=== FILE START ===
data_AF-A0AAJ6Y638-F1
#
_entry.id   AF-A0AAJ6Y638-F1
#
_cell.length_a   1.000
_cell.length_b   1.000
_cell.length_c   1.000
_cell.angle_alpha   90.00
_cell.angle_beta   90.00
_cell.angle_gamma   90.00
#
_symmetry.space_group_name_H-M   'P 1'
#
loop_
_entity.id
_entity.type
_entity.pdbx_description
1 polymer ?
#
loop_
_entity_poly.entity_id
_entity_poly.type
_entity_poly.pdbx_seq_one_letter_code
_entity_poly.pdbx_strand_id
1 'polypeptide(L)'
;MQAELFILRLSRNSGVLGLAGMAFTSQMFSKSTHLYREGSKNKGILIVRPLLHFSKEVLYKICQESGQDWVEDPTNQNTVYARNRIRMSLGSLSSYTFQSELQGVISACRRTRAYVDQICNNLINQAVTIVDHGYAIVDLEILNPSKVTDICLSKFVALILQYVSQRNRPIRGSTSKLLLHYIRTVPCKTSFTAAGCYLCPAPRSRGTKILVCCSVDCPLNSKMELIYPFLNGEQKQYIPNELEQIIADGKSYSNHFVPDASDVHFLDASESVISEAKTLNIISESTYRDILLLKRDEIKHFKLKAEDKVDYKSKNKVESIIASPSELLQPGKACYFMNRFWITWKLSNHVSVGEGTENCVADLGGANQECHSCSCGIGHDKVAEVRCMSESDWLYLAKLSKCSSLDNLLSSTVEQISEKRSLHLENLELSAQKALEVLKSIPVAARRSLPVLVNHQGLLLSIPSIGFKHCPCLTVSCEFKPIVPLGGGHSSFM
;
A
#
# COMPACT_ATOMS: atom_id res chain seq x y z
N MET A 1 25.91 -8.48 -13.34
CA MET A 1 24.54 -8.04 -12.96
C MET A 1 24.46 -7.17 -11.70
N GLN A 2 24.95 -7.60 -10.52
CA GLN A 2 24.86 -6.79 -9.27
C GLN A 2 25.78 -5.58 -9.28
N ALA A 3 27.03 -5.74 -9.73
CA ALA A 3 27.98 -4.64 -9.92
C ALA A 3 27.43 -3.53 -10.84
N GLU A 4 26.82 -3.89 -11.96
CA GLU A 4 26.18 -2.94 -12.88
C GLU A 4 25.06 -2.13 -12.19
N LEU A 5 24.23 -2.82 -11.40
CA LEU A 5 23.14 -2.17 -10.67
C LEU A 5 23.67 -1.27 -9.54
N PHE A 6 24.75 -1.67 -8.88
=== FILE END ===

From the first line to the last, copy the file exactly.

data_AF-A0AAJ6Y638-F1
#
_entry.id   AF-A0AAJ6Y638-F1
#
_cell.length_a   1.000
_cell.length_b   1.000
_cell.length_c   1.000
_cell.angle_alpha   90.00
_cell.angle_beta   90.00
_cell.angle_gamma   90.00
#
_symmetry.space_group_name_H-M   'P 1'
#
loop_
_entity.id
_entity.type
_entity.pdbx_description
1 polymer ?
#
loop_
_entity_poly.entity_id
_entity_poly.type
_entity_poly.pdbx_seq_one_letter_code
_entity_poly.pdbx_strand_id
1 'polypeptide(L)'
;MQAELFILRLSRNSGVLGLAGMAFTSQMFSKSTHLYREGSKNKGILIVRPLLHFSKEVLYKICQESGQDWVEDPTNQNTVYARNRIRMSLGSLSSYTFQSELQGVISACRRTRAYVDQICNNLINQAVTIVDHGYAIVDLEILNPSKVTDICLSKFVALILQYVSQRNRPIRGSTSKLLLHYIRTVPCKTSFTAAGCYLCPAPRSRGTKILVCCSVDCPLNSKMELIYPFLNGEQKQYIPNELEQIIADGKSYSNHFVPDASDVHFLDASESVISEAKTLNIISESTYRDILLLKRDEIKHFKLKAEDKVDYKSKNKVESIIASPSELLQPGKACYFMNRFWITWKLSNHVSVGEGTENCVADLGGANQECHSCSCGIGHDKVAEVRCMSESDWLYLAKLSKCSSLDNLLSSTVEQISEKRSLHLENLELSAQKALEVLKSIPVAARRSLPVLVNHQGLLLSIPSIGFKHCPCLTVSCEFKPIVPLGGGHSSFM
;
A
#
# COMPACT_ATOMS: atom_id res chain seq x y z
N MET A 1 25.91 -8.48 -13.34
CA MET A 1 24.54 -8.04 -12.96
C MET A 1 24.46 -7.17 -11.70
N GLN A 2 24.95 -7.60 -10.52
CA GLN A 2 24.86 -6.79 -9.27
C GLN A 2 25.78 -5.58 -9.28
N ALA A 3 27.03 -5.74 -9.73
CA ALA A 3 27.98 -4.64 -9.92
C ALA A 3 27.43 -3.53 -10.84
N GLU A 4 26.82 -3.89 -11.96
CA GLU A 4 26.18 -2.94 -12.88
C GLU A 4 25.06 -2.13 -12.19
N LEU A 5 24.23 -2.82 -11.40
CA LEU A 5 23.14 -2.17 -10.67
C LEU A 5 23.67 -1.27 -9.54
N PHE A 6 24.75 -1.67 -8.88